An inquest into the death of a woman who killed herself days before she was due to face court accused of making a false rape claim has been adjourned.
Director of public prosecutions Alison Saunders said she had asked for a "full explanation" from the team of prosecutors that brought the case.
Eleanor De Freitas, 23, who had bipolar disorder, died in April after leaving notes saying she was scared of court.
Her father David wants the inquest to heard by a jury, not just a coroner.
Outside West London Coroner's Court, lawyer Harriet Wistrich said the family was "very pleased" the inquest had been adjourned.
She said they looked forward to taking up Ms Saunders' offer to meet the family and that they hoped her inquiry would be "broad and will look into the very serious issues that we've sought to raise".
Adjourning the case until "a date to be fixed", senior coroner Chinyere Inyama told West London Coroner's Court he was waiting for written confirmation of Ms Saunders' remit, which he is expecting on Monday.
Ms De Freitas made the rape complaint to the Metropolitan Police in early 2013.
But the man she said attacked her took out a private prosecution, accusing her of perverting the course of justice after police said there was insufficient evidence to pursue the case.
Ms De Freitas' solicitors asked the CPS to halt the private action but instead the CPS decided to take it over and continue it.
Three days before Ms De Freitas was due to stand trial in April, she took her own life.
She had suffered a mental breakdown during her first year at Durham University and was diagnosed with bipolar disorder for which she received medical treatment.
Her family want the inquest into her death to be treated as a special type of legal case where a jury could consider whether public bodies could have done more to prevent a death.
By Dominic Casciani, BBC News home affairs correspondent
In January 2011, the then DPP said he would personally oversee decisions to charge people with making a false rape allegation.
Over the following 17 months, lawyers considered 121 alleged false claims and charged in 35 cases.
In other words, taking someone to court for falsely alleging rape is pretty rare.
So the simple question for the CPS is why it thought it was in the public interest to continue with this private prosecution, rather than stop it, given Ms De Freitas' documented mental health problems - and its duty to take all circumstances into account before putting someone in the criminal dock.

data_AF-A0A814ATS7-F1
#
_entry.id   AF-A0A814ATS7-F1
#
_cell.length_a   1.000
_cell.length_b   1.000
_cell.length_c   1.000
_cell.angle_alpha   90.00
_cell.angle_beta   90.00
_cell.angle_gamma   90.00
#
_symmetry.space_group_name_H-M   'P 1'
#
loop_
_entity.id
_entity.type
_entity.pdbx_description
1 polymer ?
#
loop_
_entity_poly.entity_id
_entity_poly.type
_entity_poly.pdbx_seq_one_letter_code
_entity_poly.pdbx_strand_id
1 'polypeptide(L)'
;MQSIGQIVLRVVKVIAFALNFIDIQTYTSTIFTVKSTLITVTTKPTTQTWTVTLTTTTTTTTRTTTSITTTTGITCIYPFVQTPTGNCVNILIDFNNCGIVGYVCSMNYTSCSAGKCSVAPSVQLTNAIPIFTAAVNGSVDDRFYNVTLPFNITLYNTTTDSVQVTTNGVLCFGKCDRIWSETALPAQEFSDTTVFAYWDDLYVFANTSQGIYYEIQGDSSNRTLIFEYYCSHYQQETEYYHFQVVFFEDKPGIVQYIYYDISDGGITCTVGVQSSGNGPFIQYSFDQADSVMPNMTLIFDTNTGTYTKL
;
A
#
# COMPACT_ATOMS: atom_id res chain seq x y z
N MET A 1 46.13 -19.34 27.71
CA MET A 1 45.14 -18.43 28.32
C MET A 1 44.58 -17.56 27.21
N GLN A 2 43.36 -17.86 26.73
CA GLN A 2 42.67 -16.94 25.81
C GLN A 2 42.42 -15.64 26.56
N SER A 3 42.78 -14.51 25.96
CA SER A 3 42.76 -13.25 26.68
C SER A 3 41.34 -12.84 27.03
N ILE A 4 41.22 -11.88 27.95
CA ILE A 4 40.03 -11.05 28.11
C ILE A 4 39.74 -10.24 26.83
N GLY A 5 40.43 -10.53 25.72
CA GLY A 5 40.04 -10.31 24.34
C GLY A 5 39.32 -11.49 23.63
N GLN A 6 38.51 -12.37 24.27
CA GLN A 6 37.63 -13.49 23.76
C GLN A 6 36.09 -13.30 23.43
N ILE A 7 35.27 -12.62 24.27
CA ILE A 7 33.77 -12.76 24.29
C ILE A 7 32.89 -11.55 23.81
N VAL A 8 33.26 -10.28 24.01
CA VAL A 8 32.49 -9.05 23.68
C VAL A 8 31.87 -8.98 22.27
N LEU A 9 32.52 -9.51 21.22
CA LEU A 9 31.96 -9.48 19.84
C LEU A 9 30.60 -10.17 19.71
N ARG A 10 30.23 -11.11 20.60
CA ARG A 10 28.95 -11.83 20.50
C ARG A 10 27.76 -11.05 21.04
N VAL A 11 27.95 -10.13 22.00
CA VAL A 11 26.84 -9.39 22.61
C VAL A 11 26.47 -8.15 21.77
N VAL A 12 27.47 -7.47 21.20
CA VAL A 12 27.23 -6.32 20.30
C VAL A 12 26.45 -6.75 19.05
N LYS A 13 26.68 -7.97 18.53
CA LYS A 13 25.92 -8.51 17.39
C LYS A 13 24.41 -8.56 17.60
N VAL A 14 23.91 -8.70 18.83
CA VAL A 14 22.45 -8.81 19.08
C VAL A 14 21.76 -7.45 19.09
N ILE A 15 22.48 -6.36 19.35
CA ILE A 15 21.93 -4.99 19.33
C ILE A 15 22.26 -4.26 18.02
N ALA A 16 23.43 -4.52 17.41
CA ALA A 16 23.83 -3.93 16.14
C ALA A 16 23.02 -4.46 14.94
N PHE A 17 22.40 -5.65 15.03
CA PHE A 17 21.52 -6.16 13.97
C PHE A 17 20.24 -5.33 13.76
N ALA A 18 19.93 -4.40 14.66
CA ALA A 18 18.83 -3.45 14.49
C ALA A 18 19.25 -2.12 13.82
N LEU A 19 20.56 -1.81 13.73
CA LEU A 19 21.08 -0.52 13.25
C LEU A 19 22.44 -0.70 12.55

Under Article 2 of the European Convention on Human Rights, public bodies must account for their actions if they were either involved in a death or they could have done something to prevent it. That typically leads to an inquest before a jury, rather than just before a coroner.
And that is why the family's lawyers want a wider investigation - because they fear that a narrow inquest won't allow the full circumstances of this tragedy to be understood.
Earlier David De Freitas said his daughter feared the prospect of standing trial but had "masked" what she was going through to avoid being sectioned under the Mental Health Act.
"In the end, she couldn't cope with it and it was tragic, tragic, tragic," she told BBC Radio 4's Today programme.
In a statement, Ms Saunders said she wanted to meet the family after she had completed her investigation.
"I have asked the team which dealt with this case for a full explanation which addresses all of the De Freitas family's concerns," she said.
She described the case as "one of the most difficult" she had seen.
'Tragic and troubling'
Labour's Emily Thornberry, the shadow attorney general, welcomed Ms Saunders' involvement and also supported the call for a special inquest under Article 2 of the European Convention on Human Rights.
"They deserve independent answers, not just an explanation from the CPS," she said.
Adam Pemberton, from the charity Victim Support, which helps rape and sexual assault victims, said it could have "serious implications" on the willingness of victims to report rape.
He said: "This is a tragic and troubling case which raises broader concerns about the use of private prosecutions against rape complainants and whether or not they are fair and appropriate in such circumstances."